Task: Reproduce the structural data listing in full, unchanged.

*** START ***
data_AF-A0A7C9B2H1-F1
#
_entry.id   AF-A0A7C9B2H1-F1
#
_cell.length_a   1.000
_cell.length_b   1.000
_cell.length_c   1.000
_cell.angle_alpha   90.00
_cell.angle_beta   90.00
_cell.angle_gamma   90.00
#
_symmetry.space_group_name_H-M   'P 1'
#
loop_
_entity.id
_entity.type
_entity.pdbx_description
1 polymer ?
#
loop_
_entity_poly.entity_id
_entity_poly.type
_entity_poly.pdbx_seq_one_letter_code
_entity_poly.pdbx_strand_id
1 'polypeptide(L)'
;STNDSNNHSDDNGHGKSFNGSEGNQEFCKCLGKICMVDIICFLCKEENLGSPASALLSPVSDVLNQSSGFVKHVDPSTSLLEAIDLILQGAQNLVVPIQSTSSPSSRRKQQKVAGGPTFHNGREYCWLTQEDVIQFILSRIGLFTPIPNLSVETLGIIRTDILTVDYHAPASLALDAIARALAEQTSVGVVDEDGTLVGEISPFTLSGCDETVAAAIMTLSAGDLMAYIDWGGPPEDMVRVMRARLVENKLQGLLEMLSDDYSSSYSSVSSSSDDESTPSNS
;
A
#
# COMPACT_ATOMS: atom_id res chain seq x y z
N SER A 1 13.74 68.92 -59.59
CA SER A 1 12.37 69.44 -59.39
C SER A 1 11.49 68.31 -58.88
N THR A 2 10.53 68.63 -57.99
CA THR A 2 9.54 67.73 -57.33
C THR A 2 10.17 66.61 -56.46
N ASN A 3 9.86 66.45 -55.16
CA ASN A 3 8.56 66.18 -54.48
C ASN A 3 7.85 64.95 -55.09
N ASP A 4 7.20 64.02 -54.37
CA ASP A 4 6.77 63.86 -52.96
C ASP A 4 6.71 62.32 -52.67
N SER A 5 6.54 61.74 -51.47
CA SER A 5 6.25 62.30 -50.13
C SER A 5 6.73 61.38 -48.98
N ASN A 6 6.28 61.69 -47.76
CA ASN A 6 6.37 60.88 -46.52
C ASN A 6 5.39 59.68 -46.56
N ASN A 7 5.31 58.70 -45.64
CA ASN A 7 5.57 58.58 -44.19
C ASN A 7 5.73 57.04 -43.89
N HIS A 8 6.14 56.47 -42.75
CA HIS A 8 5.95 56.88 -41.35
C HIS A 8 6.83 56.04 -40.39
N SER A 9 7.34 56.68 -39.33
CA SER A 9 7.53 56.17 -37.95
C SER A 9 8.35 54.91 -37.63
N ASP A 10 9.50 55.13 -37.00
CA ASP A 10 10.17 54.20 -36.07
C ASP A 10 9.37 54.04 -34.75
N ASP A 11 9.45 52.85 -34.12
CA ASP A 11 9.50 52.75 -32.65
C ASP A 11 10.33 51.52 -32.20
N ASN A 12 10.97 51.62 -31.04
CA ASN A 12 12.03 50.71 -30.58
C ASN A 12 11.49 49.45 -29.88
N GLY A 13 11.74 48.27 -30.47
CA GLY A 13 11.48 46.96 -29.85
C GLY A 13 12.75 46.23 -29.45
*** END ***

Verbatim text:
data_AF-A0A7C9B2H1-F1
#
_entry.id   AF-A0A7C9B2H1-F1
#
_cell.length_a   1.000
_cell.length_b   1.000
_cell.length_c   1.000
_cell.angle_alpha   90.00
_cell.angle_beta   90.00
_cell.angle_gamma   90.00
#
_symmetry.space_group_name_H-M   'P 1'
#
loop_
_entity.id
_entity.type
_entity.pdbx_description
1 polymer ?
#
loop_
_entity_poly.entity_id
_entity_poly.type
_entity_poly.pdbx_seq_one_letter_code
_entity_poly.pdbx_strand_id
1 'polypeptide(L)'
;STNDSNNHSDDNGHGKSFNGSEGNQEFCKCLGKICMVDIICFLCKEENLGSPASALLSPVSDVLNQSSGFVKHVDPSTSLLEAIDLILQGAQNLVVPIQSTSSPSSRRKQQKVAGGPTFHNGREYCWLTQEDVIQFILSRIGLFTPIPNLSVETLGIIRTDILTVDYHAPASLALDAIARALAEQTSVGVVDEDGTLVGEISPFTLSGCDETVAAAIMTLSAGDLMAYIDWGGPPEDMVRVMRARLVENKLQGLLEMLSDDYSSSYSSVSSSSDDESTPSNS
;
A
#
# COMPACT_ATOMS: atom_id res chain seq x y z
N SER A 1 13.74 68.92 -59.59
CA SER A 1 12.37 69.44 -59.39
C SER A 1 11.49 68.31 -58.88
N THR A 2 10.53 68.63 -57.99
CA THR A 2 9.54 67.73 -57.33
C THR A 2 10.17 66.61 -56.46
N ASN A 3 9.86 66.45 -55.16
CA ASN A 3 8.56 66.18 -54.48
C ASN A 3 7.85 64.95 -55.09
N ASP A 4 7.20 64.02 -54.37
CA ASP A 4 6.77 63.86 -52.96
C ASP A 4 6.71 62.32 -52.67
N SER A 5 6.54 61.74 -51.47
CA SER A 5 6.25 62.30 -50.13
C SER A 5 6.73 61.38 -48.98
N ASN A 6 6.28 61.69 -47.76
CA ASN A 6 6.37 60.88 -46.52
C ASN A 6 5.39 59.68 -46.56
N ASN A 7 5.31 58.70 -45.64
CA ASN A 7 5.57 58.58 -44.19
C ASN A 7 5.73 57.04 -43.89
N HIS A 8 6.14 56.47 -42.75
CA HIS A 8 5.95 56.88 -41.35
C HIS A 8 6.83 56.04 -40.39
N SER A 9 7.34 56.68 -39.33
CA SER A 9 7.53 56.17 -37.95
C SER A 9 8.35 54.91 -37.63
N ASP A 10 9.50 55.13 -37.00
CA ASP A 10 10.17 54.20 -36.07
C ASP A 10 9.37 54.04 -34.75
N ASP A 11 9.45 52.85 -34.12
CA ASP A 11 9.50 52.75 -32.65
C ASP A 11 10.33 51.52 -32.20
N ASN A 12 10.97 51.62 -31.04
CA ASN A 12 12.03 50.71 -30.58
C ASN A 12 11.49 49.45 -29.88
N GLY A 13 11.74 48.27 -30.47
CA GLY A 13 11.48 46.96 -29.85
C GLY A 13 12.75 46.23 -29.45